The so called "strict constitutionalists" on the Supreme Court are obviously pretty selective in what is relevant in constitutional matters...
It is clear to me that Brown v. Board holds that the 14th Amendment applies to schoolchildren (they being the subject of that case).
The Fourteenth Amendment states: "Section 1. All persons born or naturalized in the United States, and subject to the jurisdiction thereof, are citizens of the United States and of the State wherein they reside. No state shall make or enforce any law which shall abridge the privileges or immunities of citizens of the United States; nor shall any State deprive any person of life, liberty, or property, without due process of law; nor deny to any person within its jurisdiction the equal protection of the laws."
This by precedent incorporates the Fourth Amendment against the states (Mapp v. Ohio).
The Fourth Amendment does provide for the search of the OUTER layers of clothing in some circumstances (terry v. Ohio) citing: "the officer never put his hands beneath the outer garments"“The sole justification of the search ... is the protection of the police officer and others nearby, and it must therefore be confined in scope to an intrusion reasonably designed to discover guns, knives, clubs, or other hidden instruments for the assault of the police officer.”
Justice Douglass dissented:“To give the police greater power than a magistrate is to take a long step down the totalitarian path. Perhaps such a step is desirable to cope with modern forms of lawlessness. But if it is taken, it should be the deliberate choice of the people through a constitutional amendment.”
Bear in mind that such a case was involving Police officers, and that Ibuprophen is by no means the equivelent of a gun of a knife!It need hardly be stated that those areas of the body regarded as "the private parts" are among those in which the civilian not under order of a court of law (warrant) certaintly has an expectation of privacy.
As to the damages sought, it would seem to be a Catch 22 for the defence of Safford; either they may claim that the fourth amendment does not apply because they are not police (although they are public servants--so it ought to be assumed that they are under the same constraint regarding Warrants) but then they are clearly liable to be sued for their private conduct.
At the state level, there is of course the matter of Age of Consent. As her mother was never notified until after the fact... and of course there isn't a state in the Union in which a 13 year old may give consent to the solicitation of an adult to expose her private parts. I don't know about AZ, but here in civilized states that constitutes Statutory Rape!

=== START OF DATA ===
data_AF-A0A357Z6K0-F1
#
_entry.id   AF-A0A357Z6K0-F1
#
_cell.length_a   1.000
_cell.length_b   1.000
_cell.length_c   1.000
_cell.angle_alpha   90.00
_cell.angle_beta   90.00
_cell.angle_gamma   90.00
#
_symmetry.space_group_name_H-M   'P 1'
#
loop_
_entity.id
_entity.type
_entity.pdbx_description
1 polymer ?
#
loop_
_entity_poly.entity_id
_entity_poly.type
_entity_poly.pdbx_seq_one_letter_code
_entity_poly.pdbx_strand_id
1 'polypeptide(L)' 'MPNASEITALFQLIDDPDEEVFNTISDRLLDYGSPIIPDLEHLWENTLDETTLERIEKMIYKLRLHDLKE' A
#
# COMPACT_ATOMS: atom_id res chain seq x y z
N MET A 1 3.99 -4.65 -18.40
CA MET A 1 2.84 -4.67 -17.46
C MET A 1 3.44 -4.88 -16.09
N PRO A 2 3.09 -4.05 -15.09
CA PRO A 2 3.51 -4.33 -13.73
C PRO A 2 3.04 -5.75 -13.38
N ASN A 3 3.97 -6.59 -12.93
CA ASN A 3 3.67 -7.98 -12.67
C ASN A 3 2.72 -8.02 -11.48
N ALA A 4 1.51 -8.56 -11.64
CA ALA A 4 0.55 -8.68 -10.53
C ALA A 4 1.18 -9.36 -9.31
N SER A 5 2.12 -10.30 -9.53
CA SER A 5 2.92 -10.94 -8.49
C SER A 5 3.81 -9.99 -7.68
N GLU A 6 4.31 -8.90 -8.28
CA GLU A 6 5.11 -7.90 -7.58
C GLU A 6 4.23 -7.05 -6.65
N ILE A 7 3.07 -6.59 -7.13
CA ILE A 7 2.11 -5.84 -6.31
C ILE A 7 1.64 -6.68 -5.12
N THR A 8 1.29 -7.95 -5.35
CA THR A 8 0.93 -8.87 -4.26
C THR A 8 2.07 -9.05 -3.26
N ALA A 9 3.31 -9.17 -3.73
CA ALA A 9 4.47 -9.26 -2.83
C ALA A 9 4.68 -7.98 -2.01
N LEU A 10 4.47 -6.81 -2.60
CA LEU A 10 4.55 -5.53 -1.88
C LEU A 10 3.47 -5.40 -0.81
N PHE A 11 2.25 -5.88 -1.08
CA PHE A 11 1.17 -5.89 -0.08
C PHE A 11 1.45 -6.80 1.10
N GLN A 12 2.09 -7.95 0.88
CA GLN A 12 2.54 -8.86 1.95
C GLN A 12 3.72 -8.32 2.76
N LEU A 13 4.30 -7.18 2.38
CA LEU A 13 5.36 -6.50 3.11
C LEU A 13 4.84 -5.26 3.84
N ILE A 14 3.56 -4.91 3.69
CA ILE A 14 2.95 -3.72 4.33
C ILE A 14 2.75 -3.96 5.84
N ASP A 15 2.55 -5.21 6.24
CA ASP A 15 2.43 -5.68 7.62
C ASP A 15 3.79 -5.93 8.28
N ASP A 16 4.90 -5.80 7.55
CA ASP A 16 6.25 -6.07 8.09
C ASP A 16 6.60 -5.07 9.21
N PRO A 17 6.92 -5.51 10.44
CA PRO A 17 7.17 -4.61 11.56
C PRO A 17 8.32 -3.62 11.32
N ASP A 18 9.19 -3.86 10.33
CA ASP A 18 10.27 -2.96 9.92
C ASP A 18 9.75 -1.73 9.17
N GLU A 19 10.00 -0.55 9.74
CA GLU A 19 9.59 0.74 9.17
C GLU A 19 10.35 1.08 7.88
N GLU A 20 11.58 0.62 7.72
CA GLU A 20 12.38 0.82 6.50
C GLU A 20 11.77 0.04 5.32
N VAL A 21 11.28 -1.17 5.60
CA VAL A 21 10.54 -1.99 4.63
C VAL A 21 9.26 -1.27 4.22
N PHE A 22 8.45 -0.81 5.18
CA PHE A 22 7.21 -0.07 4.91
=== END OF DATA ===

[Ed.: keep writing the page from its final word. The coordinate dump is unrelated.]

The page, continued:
"Having turned up no evidence to suggest anymisconduct by Savana, Wilson nonethelessimmediately ordered Romero to take Savana to thenurse’s office. Id. Savana did not know why she wasbeing marched into the nurse’s office. As the doorslammed and locked behind Savana, id. at 16a, theschool nurse, Peggy Schwallier, was in the bathroomwashing her hands, id. at 23a. At that point, Romeroexplained that they intended to search Savana forpills. Id. at 16a. The two school officials thendirected Savana to undress. Id. at 23a. With bothofficials staring at Savana, she took off her pants andher shirt. Id. The officials did not notice any pillshidden in Savana’s clothing, on her body, or underher panties or bra. Id. at 14a. Still, they toldSavana to pull out her panties and bra and to movethem to the side. Id. at 23a-24a. This order forced Savana to expose her genital area and breasts to theschool officials."
The girl who ratted her out got a lesser sentence:
"Wilson then told Romero to escort Marissa tothe nurse’s office to search her clothing. J.A. 13a.
Romero, aided by Schwallier, asked Marissa toremove her socks and shoes, raise up her shirt andpull out the band of her bra, take off her pants, andstretch the elastic on her underwear.
(Unlike their execution of the strip search of Savana,the school officials did not ask Marissa to take off her shirt.)"
One might be led to conclude that because providing information earned a less sever intrusion, that the search was not for the sake of discovery but rather was inteded as a punishment--thereby violating the eighth amendment as well.